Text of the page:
Preliminary findings from the Community Care Voucher Pilot Program in Hong Kong
presenter(s)Terry Lum | The University of Hong Kong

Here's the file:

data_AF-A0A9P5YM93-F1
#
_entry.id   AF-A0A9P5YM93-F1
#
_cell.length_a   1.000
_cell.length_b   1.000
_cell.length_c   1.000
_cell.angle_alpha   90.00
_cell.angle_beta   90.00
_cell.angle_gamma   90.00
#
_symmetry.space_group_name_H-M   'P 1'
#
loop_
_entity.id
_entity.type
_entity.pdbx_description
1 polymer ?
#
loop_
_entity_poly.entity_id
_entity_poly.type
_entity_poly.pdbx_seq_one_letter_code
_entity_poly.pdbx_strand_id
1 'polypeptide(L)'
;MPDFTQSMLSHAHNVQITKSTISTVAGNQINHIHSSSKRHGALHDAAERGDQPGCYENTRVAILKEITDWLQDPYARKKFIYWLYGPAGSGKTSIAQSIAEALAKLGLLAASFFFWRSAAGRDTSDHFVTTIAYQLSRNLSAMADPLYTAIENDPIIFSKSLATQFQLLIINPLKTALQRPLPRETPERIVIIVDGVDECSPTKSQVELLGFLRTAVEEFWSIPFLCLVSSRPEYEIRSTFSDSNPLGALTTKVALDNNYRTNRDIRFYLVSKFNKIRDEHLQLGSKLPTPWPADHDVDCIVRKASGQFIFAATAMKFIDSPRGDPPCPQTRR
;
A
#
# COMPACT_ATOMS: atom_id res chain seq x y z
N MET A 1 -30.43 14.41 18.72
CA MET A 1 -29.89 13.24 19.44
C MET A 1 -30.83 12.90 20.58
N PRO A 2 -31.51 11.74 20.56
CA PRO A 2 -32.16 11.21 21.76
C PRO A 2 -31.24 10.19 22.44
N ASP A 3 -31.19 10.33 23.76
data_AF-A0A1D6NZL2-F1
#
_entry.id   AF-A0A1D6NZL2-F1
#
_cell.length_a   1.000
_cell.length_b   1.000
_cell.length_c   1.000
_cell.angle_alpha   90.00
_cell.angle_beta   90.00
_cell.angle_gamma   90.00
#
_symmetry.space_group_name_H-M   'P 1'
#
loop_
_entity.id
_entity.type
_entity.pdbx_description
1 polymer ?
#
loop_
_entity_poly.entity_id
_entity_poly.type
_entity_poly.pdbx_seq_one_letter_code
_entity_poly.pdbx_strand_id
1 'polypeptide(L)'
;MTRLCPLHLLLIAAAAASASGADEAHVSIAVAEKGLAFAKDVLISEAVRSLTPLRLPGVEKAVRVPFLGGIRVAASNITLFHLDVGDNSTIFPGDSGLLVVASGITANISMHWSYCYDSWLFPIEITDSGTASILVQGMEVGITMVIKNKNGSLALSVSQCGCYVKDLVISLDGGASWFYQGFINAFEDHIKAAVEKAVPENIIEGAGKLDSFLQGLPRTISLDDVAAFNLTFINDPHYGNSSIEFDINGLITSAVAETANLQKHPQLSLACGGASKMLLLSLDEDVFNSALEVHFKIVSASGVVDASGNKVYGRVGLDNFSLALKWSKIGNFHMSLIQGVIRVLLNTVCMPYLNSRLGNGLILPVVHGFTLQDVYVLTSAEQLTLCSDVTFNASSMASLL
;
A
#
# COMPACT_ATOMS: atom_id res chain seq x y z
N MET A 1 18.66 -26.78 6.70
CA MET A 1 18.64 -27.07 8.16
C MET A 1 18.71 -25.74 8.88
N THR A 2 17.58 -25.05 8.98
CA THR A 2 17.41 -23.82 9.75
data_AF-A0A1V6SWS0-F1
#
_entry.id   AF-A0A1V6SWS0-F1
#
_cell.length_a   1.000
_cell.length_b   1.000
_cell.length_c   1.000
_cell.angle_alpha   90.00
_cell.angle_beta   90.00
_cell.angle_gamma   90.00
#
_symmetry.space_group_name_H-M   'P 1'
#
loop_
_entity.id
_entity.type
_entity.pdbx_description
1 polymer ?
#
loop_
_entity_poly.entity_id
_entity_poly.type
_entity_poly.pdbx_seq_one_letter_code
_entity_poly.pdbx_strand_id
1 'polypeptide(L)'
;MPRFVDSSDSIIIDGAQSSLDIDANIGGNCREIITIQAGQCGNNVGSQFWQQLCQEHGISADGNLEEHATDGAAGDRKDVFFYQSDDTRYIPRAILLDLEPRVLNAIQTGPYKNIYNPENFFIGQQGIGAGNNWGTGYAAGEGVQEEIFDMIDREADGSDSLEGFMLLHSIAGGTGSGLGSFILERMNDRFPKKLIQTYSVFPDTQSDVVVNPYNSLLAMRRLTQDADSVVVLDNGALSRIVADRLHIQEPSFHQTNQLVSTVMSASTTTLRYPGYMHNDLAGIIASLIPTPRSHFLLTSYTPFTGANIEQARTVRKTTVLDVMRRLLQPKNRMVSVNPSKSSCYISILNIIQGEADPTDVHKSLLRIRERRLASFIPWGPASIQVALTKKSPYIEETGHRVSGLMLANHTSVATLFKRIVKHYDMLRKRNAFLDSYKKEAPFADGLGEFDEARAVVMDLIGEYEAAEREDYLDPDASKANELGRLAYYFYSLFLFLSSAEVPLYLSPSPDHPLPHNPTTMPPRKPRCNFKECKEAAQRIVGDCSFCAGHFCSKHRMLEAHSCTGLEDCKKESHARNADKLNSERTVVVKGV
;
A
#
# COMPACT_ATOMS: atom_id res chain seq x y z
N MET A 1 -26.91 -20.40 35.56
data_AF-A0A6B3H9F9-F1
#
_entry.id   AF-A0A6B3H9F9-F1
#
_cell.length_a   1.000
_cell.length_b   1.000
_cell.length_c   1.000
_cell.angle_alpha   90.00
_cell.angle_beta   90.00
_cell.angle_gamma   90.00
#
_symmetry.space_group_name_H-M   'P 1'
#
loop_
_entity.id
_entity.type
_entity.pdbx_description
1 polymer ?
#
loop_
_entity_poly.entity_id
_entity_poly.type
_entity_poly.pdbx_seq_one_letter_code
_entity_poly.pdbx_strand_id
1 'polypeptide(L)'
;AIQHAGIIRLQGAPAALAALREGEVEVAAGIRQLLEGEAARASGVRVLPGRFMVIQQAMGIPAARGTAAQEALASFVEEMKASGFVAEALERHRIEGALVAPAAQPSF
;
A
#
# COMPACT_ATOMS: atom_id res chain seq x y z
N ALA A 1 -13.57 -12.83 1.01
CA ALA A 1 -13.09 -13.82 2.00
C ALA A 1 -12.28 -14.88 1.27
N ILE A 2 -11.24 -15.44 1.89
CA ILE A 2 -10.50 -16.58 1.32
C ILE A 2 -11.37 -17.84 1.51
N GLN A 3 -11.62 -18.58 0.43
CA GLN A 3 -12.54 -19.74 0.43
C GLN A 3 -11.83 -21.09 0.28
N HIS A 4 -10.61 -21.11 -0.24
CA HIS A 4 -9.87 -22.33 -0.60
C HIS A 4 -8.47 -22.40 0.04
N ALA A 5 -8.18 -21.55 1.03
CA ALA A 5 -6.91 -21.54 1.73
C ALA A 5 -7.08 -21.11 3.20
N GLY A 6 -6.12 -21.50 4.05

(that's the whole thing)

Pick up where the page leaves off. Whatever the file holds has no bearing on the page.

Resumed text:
Hong Kong’s population is aging rapidly. Although only about 14% of the population are 65 years or older in 2014, the figure is projected to increase to about 1/3 of the total population in 2041. Hong Kong also has a very high nursing home utilization rate as about 7% of all elderly are living in nursing homes. There is another 2.5% of the elderly population on the waiting list for nursing home care. To lower the demand for nursing home care, the HK Government has implemented a pilot community care voucher program in Hong Kong since September of 2013. The program allows older people with certified nursing home needs to receive a voucher valued at HK$2,500 to HK$ 4,500 per month (US$320 to US$577 per month) to purchase community support services from designated service providers. Individuals on the waiting list were invited to participate in the pilot project according on their tenure on the waiting list for nursing home care. The goals of this presentation are to present the basic program structure of the community care voucher program in Hong Kong and to share findings from a formative evaluation of the pilot project. Data came from 497 individuals who participated in the voucher pilot project and 4,199 people who rejected the invitation. We will share the similarities and differences in the demographic characteristics, family structures, economic status, and caregiving arrangements of older people in these two groups. We will also share their reasons of participating and not 23 participating in the pilot program. We will also report findings from focus groups with care managers and service providers of the voucher program. We found that older people who participate in the voucher program were more likely living with spouse only or living with an adult child only; owned their own apartment, more educated and had more care needs. Those who did not participated were more likely living alone or living with child only, living in low income public rental housing, less educated, and had less care needs. Among those who participated, they cited "advice from social worker" and geographic accessibility of services as the major reasons for participating. Most care managers and services providers were positive about the voucher pilot program. Many saw voucher program as a way to increase options for service users. However, many also complained a huge increase in workload after the implementation of the voucher program, particularly on explaining the voucher program to potential participants.